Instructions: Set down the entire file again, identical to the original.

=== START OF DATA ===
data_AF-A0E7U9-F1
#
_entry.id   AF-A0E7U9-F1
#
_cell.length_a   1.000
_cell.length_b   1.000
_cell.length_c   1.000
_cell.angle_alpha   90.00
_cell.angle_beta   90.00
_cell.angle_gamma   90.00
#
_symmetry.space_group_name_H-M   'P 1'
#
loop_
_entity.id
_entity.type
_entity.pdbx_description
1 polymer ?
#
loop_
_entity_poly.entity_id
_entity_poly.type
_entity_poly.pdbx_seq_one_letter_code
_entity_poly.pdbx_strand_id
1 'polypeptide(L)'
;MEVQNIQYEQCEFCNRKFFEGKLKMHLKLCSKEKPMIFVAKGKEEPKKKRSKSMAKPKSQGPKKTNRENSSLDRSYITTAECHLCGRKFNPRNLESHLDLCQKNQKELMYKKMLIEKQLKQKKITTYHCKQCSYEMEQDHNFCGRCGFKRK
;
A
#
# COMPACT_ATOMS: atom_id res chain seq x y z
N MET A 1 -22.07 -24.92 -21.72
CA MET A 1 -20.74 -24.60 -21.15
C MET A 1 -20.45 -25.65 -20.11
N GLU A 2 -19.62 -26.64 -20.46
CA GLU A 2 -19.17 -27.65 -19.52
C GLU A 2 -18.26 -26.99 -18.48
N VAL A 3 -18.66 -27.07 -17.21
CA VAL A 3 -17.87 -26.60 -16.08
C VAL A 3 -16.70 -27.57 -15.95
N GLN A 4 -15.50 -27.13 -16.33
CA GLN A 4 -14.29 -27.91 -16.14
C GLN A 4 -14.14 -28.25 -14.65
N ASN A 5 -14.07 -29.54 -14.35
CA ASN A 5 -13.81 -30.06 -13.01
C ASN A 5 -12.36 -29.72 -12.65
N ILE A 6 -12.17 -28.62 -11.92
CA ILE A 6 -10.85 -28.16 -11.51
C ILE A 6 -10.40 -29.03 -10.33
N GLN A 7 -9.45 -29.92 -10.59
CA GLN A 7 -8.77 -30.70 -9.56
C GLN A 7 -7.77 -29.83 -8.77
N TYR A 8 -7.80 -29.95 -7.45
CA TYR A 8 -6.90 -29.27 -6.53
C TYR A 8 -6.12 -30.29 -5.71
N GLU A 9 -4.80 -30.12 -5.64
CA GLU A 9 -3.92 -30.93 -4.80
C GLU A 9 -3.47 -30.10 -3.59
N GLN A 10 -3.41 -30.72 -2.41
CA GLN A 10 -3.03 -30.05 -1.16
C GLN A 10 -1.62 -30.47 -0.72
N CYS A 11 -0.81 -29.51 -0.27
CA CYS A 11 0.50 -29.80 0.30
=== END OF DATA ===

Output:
data_AF-A0E7U9-F1
#
_entry.id   AF-A0E7U9-F1
#
_cell.length_a   1.000
_cell.length_b   1.000
_cell.length_c   1.000
_cell.angle_alpha   90.00
_cell.angle_beta   90.00
_cell.angle_gamma   90.00
#
_symmetry.space_group_name_H-M   'P 1'
#
loop_
_entity.id
_entity.type
_entity.pdbx_description
1 polymer ?
#
loop_
_entity_poly.entity_id
_entity_poly.type
_entity_poly.pdbx_seq_one_letter_code
_entity_poly.pdbx_strand_id
1 'polypeptide(L)'
;MEVQNIQYEQCEFCNRKFFEGKLKMHLKLCSKEKPMIFVAKGKEEPKKKRSKSMAKPKSQGPKKTNRENSSLDRSYITTAECHLCGRKFNPRNLESHLDLCQKNQKELMYKKMLIEKQLKQKKITTYHCKQCSYEMEQDHNFCGRCGFKRK
;
A
#
# COMPACT_ATOMS: atom_id res chain seq x y z
N MET A 1 -22.07 -24.92 -21.72
CA MET A 1 -20.74 -24.60 -21.15
C MET A 1 -20.45 -25.65 -20.11
N GLU A 2 -19.62 -26.64 -20.46
CA GLU A 2 -19.17 -27.65 -19.52
C GLU A 2 -18.26 -26.99 -18.48
N VAL A 3 -18.66 -27.07 -17.21
CA VAL A 3 -17.87 -26.60 -16.08
C VAL A 3 -16.70 -27.57 -15.95
N GLN A 4 -15.50 -27.13 -16.33
CA GLN A 4 -14.29 -27.91 -16.14
C GLN A 4 -14.14 -28.25 -14.65
N ASN A 5 -14.07 -29.54 -14.35
CA ASN A 5 -13.81 -30.06 -13.01
C ASN A 5 -12.36 -29.72 -12.65
N ILE A 6 -12.17 -28.62 -11.92
CA ILE A 6 -10.85 -28.16 -11.51
C ILE A 6 -10.40 -29.03 -10.33
N GLN A 7 -9.45 -29.92 -10.59
CA GLN A 7 -8.77 -30.70 -9.56
C GLN A 7 -7.77 -29.83 -8.77
N TYR A 8 -7.80 -29.95 -7.45
CA TYR A 8 -6.90 -29.27 -6.53
C TYR A 8 -6.12 -30.29 -5.71
N GLU A 9 -4.80 -30.12 -5.64
CA GLU A 9 -3.92 -30.93 -4.80
C GLU A 9 -3.47 -30.10 -3.59
N GLN A 10 -3.41 -30.72 -2.41
CA GLN A 10 -3.03 -30.05 -1.16
C GLN A 10 -1.62 -30.47 -0.72
N CYS A 11 -0.81 -29.51 -0.27
CA CYS A 11 0.50 -29.80 0.30